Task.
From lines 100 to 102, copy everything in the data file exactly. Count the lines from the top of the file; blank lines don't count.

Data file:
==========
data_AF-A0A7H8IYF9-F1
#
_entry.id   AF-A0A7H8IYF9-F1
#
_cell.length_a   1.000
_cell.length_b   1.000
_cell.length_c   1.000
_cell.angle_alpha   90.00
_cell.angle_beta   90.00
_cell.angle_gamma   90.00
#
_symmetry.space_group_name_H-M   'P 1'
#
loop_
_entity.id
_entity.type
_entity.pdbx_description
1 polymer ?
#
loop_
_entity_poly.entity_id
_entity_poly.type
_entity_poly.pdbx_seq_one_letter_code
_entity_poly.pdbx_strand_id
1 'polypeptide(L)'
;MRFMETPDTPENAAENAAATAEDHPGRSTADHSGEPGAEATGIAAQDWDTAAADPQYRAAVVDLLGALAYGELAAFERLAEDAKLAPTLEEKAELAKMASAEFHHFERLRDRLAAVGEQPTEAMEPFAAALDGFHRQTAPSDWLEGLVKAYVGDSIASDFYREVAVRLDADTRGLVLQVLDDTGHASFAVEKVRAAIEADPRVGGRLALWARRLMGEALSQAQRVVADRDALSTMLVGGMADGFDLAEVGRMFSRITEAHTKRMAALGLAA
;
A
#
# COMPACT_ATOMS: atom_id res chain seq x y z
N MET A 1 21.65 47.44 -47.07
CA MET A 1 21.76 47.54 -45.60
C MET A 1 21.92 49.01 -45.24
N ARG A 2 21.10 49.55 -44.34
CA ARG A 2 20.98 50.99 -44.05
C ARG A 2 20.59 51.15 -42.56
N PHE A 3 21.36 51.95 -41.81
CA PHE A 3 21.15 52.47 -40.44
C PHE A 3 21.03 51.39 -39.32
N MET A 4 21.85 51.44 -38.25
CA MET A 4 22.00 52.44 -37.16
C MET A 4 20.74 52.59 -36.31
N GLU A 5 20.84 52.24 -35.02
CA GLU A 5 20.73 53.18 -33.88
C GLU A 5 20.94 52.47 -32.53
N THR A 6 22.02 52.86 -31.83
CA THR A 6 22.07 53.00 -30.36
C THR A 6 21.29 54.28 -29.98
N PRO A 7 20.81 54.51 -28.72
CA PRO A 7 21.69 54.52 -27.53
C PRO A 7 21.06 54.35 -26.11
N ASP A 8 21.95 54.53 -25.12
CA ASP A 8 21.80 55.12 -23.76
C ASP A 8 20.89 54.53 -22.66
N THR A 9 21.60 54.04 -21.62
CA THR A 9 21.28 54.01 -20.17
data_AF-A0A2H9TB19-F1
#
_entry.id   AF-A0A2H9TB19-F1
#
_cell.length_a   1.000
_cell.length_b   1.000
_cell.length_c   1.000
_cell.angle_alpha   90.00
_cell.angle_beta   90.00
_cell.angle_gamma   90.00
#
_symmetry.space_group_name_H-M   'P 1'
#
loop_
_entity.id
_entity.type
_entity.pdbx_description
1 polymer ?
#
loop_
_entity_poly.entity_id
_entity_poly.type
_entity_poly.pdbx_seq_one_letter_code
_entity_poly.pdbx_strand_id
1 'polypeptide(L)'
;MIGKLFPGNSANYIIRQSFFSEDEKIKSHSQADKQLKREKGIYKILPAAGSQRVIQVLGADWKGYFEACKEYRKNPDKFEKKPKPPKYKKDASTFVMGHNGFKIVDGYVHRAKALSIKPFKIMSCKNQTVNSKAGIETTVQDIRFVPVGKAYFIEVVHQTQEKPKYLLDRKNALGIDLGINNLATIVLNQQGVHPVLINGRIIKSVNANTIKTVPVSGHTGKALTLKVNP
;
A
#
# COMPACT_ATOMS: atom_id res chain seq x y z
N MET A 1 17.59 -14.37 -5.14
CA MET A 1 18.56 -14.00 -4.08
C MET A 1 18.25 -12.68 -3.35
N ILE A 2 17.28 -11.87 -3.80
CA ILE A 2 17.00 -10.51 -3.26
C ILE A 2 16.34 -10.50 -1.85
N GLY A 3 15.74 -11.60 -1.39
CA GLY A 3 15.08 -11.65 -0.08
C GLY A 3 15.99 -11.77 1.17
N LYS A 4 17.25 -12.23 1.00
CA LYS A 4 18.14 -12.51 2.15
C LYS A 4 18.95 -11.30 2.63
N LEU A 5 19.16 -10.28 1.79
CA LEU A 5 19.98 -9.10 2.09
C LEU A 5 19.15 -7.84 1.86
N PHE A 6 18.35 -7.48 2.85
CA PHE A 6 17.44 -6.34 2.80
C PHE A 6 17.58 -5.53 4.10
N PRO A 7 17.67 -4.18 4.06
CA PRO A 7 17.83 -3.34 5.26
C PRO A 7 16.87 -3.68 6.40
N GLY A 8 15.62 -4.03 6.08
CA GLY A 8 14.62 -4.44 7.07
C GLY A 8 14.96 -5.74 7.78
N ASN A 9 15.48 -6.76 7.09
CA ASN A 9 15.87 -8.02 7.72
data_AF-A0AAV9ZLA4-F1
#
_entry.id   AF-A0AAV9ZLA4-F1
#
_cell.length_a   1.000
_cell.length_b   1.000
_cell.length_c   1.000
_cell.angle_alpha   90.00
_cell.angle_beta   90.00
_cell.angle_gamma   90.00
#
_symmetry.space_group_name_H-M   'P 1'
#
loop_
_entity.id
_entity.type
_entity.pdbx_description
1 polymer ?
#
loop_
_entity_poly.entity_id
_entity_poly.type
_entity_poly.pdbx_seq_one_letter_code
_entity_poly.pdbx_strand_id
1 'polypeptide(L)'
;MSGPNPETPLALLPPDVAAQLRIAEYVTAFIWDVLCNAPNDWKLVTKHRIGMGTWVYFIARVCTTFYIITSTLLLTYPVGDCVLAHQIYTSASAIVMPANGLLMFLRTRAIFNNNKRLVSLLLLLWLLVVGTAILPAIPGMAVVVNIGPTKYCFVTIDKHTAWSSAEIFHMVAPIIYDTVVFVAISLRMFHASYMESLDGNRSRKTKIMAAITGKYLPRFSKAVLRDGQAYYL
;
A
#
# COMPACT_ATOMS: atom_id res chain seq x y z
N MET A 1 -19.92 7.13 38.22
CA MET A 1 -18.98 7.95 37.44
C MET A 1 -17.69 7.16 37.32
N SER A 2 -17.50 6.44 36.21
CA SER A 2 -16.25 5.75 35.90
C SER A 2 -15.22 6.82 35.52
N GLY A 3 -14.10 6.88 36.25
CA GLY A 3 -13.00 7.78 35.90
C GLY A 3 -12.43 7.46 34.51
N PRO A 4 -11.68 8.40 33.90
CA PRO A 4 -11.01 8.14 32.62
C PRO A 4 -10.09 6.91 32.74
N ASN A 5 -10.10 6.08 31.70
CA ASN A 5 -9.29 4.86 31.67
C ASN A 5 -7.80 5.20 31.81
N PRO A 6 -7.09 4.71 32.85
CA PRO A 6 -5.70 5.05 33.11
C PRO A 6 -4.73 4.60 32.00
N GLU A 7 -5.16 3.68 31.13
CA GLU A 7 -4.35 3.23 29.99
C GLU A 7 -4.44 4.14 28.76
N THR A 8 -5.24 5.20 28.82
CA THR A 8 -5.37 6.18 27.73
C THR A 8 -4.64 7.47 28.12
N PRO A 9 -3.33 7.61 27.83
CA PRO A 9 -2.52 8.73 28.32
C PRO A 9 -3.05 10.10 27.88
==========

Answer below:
CA LEU A 5 19.98 -9.10 2.09
C LEU A 5 19.15 -7.84 1.86
N PHE A 6 18.35 -7.48 2.85